As references to Libor declines ahead of 2021 and the use of Risk Free Rates (RFRs) increases, derivatives will have to adapt. So in this blog I will look at the cross-currency swaps and the choices needed to move to RFRs.
Cross currency swaps can behave quite differently to single currency swaps and I will present a number of options for users in the future. The conventions of two currencies can sometimes cause differences in payment timing, rate fixing dates and notional exchange.
This blog looks at the various options and how they may become part of the RFR-based cross currency swaps.
The current cross currency markets
Cross currency markets have evolved to follow the interest rate conventions of the individual currencies with the added component of notional exchanges on the first and maturity dates of the swap.
For example, a GBP/USD cross-currency swap referencing Libor (showing a single leg, part way through the swap so the initial and final notional exchanges are not shown) would look like this:
As per the Libor conventions, the USD Libor sets 2 business days before the relevant period (T – 2) while the GBP Libor sets on the first day of the relevant period (T + 0). Market participants who have managed this mis-match for many years are quite familiar with this feature. This also occurs in many other currencies where the two interest rate legs set Libor (or IBOR) on different days.
Interest settlements are on the final day of the relevant period (TN).
Another feature of the cross-currency swap is the notional reset at the start of each period. The above diagram shows the notional reset dates for the following period to show how they align with the interest payments from this period.
Many cross currency swaps are dealt this way to reduce the impact of the cheapest-to-deliver collateral on the swap pricing. And how does this work?
The spot rate is set at TN – 2 and the notional is adjusted at TN with a payment in one currency to set the swap PV to zero. This means the cheapest to deliver calculation is only over that quarter and the impact of the forward valuations is minimal.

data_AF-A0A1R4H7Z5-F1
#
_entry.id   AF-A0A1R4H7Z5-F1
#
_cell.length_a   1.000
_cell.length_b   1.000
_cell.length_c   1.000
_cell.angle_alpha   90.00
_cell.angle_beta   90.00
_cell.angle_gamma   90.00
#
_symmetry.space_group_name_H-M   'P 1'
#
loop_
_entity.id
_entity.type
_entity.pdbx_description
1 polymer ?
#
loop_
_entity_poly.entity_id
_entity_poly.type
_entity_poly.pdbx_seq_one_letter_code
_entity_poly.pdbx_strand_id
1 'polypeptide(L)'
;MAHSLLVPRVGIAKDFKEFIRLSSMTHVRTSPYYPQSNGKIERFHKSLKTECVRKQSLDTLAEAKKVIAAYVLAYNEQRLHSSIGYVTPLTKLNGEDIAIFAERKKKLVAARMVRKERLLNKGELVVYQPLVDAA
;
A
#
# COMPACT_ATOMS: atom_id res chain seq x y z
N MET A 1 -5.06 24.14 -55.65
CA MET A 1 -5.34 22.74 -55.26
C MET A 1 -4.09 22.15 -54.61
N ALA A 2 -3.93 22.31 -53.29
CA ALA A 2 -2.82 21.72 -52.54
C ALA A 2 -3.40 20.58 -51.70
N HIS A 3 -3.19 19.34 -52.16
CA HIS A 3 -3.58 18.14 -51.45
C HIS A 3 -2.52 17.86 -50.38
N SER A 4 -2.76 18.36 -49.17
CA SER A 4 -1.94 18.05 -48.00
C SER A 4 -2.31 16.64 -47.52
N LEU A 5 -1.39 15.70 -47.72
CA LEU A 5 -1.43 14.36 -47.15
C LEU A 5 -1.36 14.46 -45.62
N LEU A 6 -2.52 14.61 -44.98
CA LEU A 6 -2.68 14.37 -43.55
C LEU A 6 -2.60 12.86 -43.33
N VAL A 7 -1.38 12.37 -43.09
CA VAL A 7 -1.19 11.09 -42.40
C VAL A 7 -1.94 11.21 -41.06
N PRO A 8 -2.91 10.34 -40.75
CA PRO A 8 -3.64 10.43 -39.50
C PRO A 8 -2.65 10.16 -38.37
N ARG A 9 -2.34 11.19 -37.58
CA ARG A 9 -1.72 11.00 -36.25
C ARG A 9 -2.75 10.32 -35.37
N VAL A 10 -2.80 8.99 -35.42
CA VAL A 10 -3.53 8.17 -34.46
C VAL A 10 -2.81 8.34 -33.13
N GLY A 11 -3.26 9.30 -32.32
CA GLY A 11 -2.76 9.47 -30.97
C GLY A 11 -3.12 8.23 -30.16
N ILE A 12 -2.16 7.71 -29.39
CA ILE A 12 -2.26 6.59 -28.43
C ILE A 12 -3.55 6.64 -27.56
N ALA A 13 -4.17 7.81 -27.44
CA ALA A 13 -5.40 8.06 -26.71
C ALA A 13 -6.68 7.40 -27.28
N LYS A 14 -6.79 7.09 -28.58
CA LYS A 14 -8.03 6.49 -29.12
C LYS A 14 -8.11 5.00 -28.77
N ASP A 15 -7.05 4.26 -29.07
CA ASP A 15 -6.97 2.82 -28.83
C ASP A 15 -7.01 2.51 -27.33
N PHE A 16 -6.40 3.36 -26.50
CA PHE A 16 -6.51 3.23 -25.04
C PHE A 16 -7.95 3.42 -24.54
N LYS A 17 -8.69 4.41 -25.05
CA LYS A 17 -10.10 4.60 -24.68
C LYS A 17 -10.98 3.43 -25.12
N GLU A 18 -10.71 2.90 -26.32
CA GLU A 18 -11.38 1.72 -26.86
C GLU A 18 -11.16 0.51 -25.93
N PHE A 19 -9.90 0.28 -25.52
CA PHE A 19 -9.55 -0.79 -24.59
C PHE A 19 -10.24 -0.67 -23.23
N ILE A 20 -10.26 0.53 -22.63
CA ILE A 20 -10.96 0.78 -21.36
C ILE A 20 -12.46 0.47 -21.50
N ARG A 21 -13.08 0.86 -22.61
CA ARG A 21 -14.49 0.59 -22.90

The red circle shows the day on which both the interest and notional settlements occur.
Although most dealer-dealer swaps are done with notional resets, it is more common for end-users who are using the cross-currency swap in a hedge accounting transaction to not reset the notional.
Cross currency swaps with RFRs
With the very likely cessation of Libor sometime after 2021, the cross-currency market like their single currency one, will move to RFRs to replace Libor and other IBORs.
The use of RFRs presents us with some interesting challenges and decisions. The final rate is not known until the end of the relevant period if the ‘compounded, settled in arrears’ methodology is used.
Each of the two currencies can often have a different payment lag defined for the single currency swap. For example, USD uses a 2 day lag while GBP employs a 0 day lag. (See OIS Swap Nuances).
This means that if you align the rate set dates for the GBP/USD cross-currency swap legs then the payment dates inherited from the single currency OIS swap definitions will not occur on the same date!
For a single leg (as shown above in the Libor-based version) the interest payments for the RFR look like this:
The red circles show the 2 different settlement dates for GBP and USD interest payments.
But market practice could set the payment dates to the date determined by the currency with the longest lag like this:
The GBP settlement (red arrow) has now been moved to TN + 2 to align with the USD payment and both settlements now occur on the same day (red circle).
The notional reset dates
Now we have successfully made sure that the interest payment dates are on the same day (2 days after the end of the relevant period; TN + 2) we now have to look at the notional reset payments.
The notional reset payment dates are on the first day of the relevant period for the Libor-based swap. This means they are now on a different day to the RFR-based interest payments.
The new spot rate is set 2 business days before each relevant period starts to align with FX market conventions. The actual reset occurs on the first day of the relevant period which is before the interest payments (usually 2 days later).
In this case, the payments cannot be netted (interest and notional) which can add additional payment dates and potentially credit issues.
The cross currency RFR swap now looks like this (after moving the notional reset to the next leg):
The two settlement date (red circles) are now on different days.
Potential ways to align payments
The interest and notional payments can be aligned but this does imply some changes to reset days.
1. Change the interest reset days
With the typical 2 day payment lag for compounded, in arrears interest payments the relevant period for the RFR resets could be moved 2 business days earlier so the actual interest payments occur on the last day of the relevant period.
This may be a solution but any single currency interest rate hedges would also need to be moved 2 days earlier to line up properly.
This can cause operational and trading issues.
2. Change the notional reset days.
The alternative is to reset the spot rate for the notional exchange on the first day of the relevant period rather than 2 days prior. In this case, the payments would align but, like the interest rate changes, this can create complex operational issues for some users.
Either option would solve the problem but both deviate from the current conventions in OIS trading or Libor-based cross currency swaps. This would make one-to-one matches for cross currency swaps across Libor and RFR impossible.
The inevitable transition from Libor to RFR based cross currency swaps will present a number of challenges including the alignment of payments.
These will have to be resolved soon to avoid confusion and potential re-booking of swaps once conventions are adopted by the market.